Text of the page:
Although most physicians take Medicare and a Medicare supplement, it is important to notify your physician’s office when you’re approaching 65. You want to make sure the doctor will continue to see you and that the continuity of care for your health will not be jeopardized. Carry your cards with you whenever you go to a health appointment. Make a copy of all cards and keep at home “just in case,” they are lost or misplaced. As with any health insurance doctor’s offices, labs and hospitals always ask for health insurance cards to be able to verify and bill for your visit.
How much of the bill is paid by Medicare?
Generally speaking, Medicare overall pays 60-80 percent of your healthcare costs buy varies widely based on diagnosis and treatment. It should not be used as a “stand alone” policy and expect that all healthcare costs will be paid for. This does not include your annual deductible and items or procedures that are not included within your Medicare coverage. Usually the doctor’s staff will notify you if/when there is a procedure that is not covered by Medicare and its supplement.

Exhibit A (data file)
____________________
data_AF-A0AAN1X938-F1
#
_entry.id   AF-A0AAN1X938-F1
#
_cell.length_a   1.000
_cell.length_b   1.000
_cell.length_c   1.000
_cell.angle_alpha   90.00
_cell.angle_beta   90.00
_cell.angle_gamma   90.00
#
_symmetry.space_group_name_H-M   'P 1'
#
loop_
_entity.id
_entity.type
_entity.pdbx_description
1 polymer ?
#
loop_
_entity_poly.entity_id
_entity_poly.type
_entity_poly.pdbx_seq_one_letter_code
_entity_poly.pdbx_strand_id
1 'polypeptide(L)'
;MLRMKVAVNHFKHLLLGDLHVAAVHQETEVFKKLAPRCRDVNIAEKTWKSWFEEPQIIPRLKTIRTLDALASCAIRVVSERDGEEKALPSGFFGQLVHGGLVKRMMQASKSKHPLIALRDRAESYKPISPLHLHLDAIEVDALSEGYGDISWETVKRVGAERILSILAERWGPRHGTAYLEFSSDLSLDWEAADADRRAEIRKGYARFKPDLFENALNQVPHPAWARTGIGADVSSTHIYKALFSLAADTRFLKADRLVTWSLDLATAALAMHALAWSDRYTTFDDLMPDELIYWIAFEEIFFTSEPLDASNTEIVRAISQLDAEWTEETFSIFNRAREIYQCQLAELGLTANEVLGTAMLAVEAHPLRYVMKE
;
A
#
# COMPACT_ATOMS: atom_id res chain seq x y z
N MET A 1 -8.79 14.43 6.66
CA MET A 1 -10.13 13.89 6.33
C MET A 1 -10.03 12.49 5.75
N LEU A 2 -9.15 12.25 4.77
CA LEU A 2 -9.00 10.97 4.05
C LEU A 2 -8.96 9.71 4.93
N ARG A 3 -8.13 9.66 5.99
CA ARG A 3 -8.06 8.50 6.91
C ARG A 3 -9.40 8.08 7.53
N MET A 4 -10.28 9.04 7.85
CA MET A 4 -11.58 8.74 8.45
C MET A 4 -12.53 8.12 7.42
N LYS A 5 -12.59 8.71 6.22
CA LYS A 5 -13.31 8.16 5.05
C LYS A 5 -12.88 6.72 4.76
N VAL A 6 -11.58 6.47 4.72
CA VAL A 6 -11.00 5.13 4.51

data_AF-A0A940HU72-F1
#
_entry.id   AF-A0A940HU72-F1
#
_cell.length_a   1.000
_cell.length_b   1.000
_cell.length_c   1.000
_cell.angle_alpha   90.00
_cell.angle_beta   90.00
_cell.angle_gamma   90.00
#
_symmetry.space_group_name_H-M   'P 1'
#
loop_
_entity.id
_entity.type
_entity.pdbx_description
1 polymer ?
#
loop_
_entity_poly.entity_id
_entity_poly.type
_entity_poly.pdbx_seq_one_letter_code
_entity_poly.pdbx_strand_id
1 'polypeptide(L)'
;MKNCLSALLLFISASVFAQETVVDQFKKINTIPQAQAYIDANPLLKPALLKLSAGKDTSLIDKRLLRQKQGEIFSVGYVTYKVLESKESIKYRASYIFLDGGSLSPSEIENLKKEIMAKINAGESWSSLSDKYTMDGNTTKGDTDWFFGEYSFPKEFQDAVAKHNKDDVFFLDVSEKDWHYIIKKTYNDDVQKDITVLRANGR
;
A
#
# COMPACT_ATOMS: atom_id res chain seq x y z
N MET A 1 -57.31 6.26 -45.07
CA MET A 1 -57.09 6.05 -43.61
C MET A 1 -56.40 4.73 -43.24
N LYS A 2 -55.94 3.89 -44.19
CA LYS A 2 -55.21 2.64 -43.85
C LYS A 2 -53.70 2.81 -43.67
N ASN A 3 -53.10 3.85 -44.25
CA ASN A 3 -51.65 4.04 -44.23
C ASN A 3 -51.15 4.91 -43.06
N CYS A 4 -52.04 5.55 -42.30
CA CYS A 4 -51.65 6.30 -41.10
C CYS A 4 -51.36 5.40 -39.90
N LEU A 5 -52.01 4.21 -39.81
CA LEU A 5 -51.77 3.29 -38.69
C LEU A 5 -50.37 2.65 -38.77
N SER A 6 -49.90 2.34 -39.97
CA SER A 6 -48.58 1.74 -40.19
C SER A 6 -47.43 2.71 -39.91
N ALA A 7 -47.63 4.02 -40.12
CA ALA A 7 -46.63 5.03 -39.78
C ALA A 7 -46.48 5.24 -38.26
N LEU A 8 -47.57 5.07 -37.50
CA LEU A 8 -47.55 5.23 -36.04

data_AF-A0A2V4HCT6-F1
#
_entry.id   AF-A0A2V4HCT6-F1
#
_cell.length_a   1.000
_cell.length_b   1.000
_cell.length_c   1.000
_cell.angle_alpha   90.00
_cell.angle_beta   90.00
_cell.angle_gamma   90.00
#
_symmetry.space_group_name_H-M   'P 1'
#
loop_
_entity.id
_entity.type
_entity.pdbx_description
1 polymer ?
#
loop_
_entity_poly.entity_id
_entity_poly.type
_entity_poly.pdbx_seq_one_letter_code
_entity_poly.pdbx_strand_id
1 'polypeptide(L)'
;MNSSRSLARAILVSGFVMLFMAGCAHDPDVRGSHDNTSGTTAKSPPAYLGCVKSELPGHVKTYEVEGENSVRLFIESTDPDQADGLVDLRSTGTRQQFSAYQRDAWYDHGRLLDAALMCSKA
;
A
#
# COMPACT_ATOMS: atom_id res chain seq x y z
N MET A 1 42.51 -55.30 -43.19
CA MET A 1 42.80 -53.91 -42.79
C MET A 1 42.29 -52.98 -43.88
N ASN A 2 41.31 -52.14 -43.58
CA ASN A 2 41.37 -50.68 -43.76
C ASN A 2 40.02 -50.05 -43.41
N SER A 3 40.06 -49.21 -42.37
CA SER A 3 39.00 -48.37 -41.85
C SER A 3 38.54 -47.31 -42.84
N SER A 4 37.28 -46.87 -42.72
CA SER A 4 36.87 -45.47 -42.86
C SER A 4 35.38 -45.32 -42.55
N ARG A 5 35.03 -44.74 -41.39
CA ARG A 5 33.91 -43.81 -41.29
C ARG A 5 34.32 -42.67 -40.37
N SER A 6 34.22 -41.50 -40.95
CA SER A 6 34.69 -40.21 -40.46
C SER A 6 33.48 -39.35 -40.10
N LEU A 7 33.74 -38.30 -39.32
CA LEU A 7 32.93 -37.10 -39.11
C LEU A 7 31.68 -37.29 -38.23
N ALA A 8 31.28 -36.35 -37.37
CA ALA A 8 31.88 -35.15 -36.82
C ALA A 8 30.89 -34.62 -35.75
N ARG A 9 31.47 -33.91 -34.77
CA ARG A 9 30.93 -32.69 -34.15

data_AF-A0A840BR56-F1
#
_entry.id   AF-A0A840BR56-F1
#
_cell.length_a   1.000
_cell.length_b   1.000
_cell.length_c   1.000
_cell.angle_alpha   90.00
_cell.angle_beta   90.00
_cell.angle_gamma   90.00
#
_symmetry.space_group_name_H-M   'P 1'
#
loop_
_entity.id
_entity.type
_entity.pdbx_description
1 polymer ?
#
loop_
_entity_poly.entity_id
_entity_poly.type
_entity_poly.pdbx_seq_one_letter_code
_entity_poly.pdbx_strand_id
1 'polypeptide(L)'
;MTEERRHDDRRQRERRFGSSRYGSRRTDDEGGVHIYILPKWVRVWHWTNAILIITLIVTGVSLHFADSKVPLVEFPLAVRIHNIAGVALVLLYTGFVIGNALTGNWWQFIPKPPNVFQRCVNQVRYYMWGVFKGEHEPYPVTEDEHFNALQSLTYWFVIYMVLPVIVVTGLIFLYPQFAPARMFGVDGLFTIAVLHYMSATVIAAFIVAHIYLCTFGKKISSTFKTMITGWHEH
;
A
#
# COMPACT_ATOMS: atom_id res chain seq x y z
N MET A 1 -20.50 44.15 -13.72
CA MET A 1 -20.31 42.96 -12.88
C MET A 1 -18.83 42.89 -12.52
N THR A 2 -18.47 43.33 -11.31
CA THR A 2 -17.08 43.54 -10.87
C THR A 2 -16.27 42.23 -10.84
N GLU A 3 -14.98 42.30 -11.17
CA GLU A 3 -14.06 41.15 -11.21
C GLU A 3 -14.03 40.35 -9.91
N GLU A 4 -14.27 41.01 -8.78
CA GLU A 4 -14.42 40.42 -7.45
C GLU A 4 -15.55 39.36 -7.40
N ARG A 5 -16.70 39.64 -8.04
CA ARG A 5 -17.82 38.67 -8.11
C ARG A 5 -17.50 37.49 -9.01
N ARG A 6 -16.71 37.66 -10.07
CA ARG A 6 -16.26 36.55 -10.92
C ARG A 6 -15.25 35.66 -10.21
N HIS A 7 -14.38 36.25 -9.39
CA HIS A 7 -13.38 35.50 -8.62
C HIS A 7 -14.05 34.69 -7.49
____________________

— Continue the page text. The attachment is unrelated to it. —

If you give your doctor’s office(s) your Medicare and Medicare Supplement cards, they will bill Medicare and Medicare will subsequently bill the supplemental policy. If there is a co-pay on your policy or you know you are responsible for an annual deductible amount, the doctor’s office may ask for payment at time of your visit. If upon billing and non receipt of payment from Medicare, the office will bill you. Not all healthcare costs are paid for by Medicare. Many healthcare providers have “accepted assignment” of Medicare however which means they have agreed to accept as full payment the amount that Medicare has paid for the process or procedure. If there is a balance on the account, the invoice then is sent to the Medicare supplement who will make an additional payment based on the Medicare approved amount. The doctor’s offices will bill both insurances with payments going back directly to the physician’s office. The patient will receive an Explanation of Benefits (EOB) quarterly from Medicare A, B and Medicare D–Drug Plan showing date of service, diagnosis code and payments. Supplemental insurance will also send an EOB regularly to insureds with similar information. If there is a deductible to be met, these EOBs will indicate how much of the deductible has been met so the individual will know whether to expect an invoice from the doctor’s office. The deductible amount begins again at the beginning of the insurance calendar year (Jan. 1) and may increase depending on the insurance company, state and federal legislation.